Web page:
Cleveland State University
Cleveland State University President Harlan Sands confirmed Friday that after one week of in-person classes, two students had tested positive for Covid-19 and nine were quarantined in university residence halls.
Speaking with the City Club of Cleveland's Dan Moulthrop, Sands said that CSU had tested roughly 60 students in total, all of whom were symptomatic. But he said that as the fall semester began, 4,000-5,000 students had been coming and going to the largely commuter campus all week. The current low number of cases is "one we think we can manage," he said.
Sands defended CSU's decision to resume classes in person, even though the majority of universities nationwide are opting for all-virtual formats.
"We pride ourselves on being different," Sands said. "We spent a lot of time looking at the data, and figuring out how we can spread folks out across our 85 -acre campus."
Sands said that CSU's re-start plan was based on science, and that the faculty and the university's pandemic response team had developed protocols to prevent the spread of the virus.
In addition to spatial considerations — blocking off seats in classrooms and so forth — mandatory daily health assessments and enhanced sanitation measures, Sands said one of the biggest factors in the re-start was using students as paid "ambassadors" to encourage mask-wearing and appropriate physical distancing.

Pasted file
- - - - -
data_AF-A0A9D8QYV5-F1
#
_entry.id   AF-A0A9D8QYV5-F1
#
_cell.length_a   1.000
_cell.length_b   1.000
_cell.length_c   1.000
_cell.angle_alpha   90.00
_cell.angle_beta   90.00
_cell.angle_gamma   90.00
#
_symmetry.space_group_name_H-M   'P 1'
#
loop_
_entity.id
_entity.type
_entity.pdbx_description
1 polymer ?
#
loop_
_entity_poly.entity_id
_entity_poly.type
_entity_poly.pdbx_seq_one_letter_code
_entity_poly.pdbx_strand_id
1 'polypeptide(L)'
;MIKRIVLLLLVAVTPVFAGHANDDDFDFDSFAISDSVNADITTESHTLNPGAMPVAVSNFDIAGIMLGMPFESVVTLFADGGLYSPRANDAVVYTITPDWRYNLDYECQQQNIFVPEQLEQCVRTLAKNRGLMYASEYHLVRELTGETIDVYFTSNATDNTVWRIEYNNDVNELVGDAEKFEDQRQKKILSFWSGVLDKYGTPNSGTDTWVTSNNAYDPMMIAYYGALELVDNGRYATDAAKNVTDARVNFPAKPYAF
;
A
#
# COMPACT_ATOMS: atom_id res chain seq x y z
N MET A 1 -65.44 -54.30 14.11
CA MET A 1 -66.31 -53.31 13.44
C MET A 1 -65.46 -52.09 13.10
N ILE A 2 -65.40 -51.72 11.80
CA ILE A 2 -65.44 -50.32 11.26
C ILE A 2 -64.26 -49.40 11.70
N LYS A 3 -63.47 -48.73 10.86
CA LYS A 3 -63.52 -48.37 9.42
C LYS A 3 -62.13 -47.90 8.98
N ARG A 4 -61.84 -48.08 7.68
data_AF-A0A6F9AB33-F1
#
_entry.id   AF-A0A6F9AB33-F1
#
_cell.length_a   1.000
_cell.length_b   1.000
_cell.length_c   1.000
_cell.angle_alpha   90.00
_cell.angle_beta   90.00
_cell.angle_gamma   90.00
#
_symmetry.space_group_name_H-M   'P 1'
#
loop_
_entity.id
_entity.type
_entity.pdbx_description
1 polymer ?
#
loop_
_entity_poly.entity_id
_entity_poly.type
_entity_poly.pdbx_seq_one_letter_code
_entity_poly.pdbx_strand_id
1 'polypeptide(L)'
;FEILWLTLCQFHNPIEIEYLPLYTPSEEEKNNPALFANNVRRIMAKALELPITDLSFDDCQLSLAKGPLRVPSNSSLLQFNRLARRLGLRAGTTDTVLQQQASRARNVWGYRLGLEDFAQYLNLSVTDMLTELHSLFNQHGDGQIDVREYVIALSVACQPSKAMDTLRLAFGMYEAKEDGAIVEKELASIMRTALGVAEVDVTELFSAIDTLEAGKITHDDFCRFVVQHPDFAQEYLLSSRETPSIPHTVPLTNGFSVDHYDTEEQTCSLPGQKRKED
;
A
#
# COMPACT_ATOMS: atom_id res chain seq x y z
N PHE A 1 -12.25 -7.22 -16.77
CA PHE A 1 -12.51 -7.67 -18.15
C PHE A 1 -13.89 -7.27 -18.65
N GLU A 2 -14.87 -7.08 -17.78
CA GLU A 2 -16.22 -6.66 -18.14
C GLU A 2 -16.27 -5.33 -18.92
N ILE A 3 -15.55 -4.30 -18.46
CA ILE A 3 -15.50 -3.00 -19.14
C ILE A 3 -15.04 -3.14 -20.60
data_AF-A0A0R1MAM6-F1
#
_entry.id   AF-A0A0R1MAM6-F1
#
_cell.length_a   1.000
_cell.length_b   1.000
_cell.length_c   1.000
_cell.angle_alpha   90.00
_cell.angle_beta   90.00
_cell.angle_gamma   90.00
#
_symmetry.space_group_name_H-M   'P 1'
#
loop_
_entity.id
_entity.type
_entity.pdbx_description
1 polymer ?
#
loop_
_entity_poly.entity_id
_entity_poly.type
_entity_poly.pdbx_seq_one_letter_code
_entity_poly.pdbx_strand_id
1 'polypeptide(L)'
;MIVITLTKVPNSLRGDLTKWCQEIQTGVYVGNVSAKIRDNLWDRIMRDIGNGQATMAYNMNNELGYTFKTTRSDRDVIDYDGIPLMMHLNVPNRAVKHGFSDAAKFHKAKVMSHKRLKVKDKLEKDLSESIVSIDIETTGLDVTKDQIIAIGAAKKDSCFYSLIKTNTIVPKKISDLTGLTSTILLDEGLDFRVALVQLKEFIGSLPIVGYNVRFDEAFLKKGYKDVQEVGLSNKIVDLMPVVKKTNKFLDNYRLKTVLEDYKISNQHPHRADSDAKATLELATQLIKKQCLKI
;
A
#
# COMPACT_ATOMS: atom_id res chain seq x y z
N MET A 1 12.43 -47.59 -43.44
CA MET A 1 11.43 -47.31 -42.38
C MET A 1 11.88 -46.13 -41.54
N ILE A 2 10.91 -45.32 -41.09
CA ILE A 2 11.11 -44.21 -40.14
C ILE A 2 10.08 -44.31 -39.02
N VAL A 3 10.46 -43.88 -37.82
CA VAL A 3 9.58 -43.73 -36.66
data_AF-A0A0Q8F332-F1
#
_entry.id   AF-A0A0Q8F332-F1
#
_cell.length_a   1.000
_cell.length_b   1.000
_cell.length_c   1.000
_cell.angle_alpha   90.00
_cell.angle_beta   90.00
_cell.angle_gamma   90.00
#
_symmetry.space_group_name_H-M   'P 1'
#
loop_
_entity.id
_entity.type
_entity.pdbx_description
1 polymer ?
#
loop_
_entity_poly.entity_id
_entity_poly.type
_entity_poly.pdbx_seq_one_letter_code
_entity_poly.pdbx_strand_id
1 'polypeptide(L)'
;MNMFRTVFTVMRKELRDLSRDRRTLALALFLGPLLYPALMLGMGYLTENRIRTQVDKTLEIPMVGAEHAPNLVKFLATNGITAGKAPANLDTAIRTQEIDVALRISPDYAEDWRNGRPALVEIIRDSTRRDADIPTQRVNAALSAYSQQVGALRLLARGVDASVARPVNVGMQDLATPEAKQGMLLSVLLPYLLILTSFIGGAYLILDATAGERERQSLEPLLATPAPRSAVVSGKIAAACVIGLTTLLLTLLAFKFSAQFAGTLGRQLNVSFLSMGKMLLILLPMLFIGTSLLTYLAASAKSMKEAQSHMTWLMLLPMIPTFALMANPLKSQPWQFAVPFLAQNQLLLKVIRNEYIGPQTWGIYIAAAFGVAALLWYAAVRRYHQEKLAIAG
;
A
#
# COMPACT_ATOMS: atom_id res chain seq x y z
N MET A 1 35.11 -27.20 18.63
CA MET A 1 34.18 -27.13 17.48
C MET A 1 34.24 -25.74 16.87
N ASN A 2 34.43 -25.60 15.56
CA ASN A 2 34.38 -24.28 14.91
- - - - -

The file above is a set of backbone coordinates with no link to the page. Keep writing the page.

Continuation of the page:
"We've stressed for the last few months that this will only work if we participate as active citizens who are part of a bigger community," he said. "We want to appeal to students' sense of caring. We've seen different approaches where universities are 'cracking down' on misbehavior, but we want to use positive reinforcement. It's hard for us to blame 19 and 20-year-olds for being 19 and 20-year-olds."
Sands said that the university's preparations were paying off after one week, but that they'd be monitoring reports daily and would be ready to pull the plug and send students home if positive tests on campus started to significantly outpace the percentage of positive tests in surrounding communities.
CSU only has 700 students living in residence halls, and Sands said that each student was given their own dorm room. The biggest area of concern is when students gather in large numbers, and that may not be in the dorms at CSU. Sands said the challenge will be preventing congregation of student groups while still providing "some sort of life" for students.
According to Sands, the university's financial position was still sound, despite the pandemic and recent cuts in state funding, which accounts for about 1/3 of CSU's budget. He said CSU would not try to "cut its way to prosperity" and would continue to invest in its "core business": teaching, learning and research.
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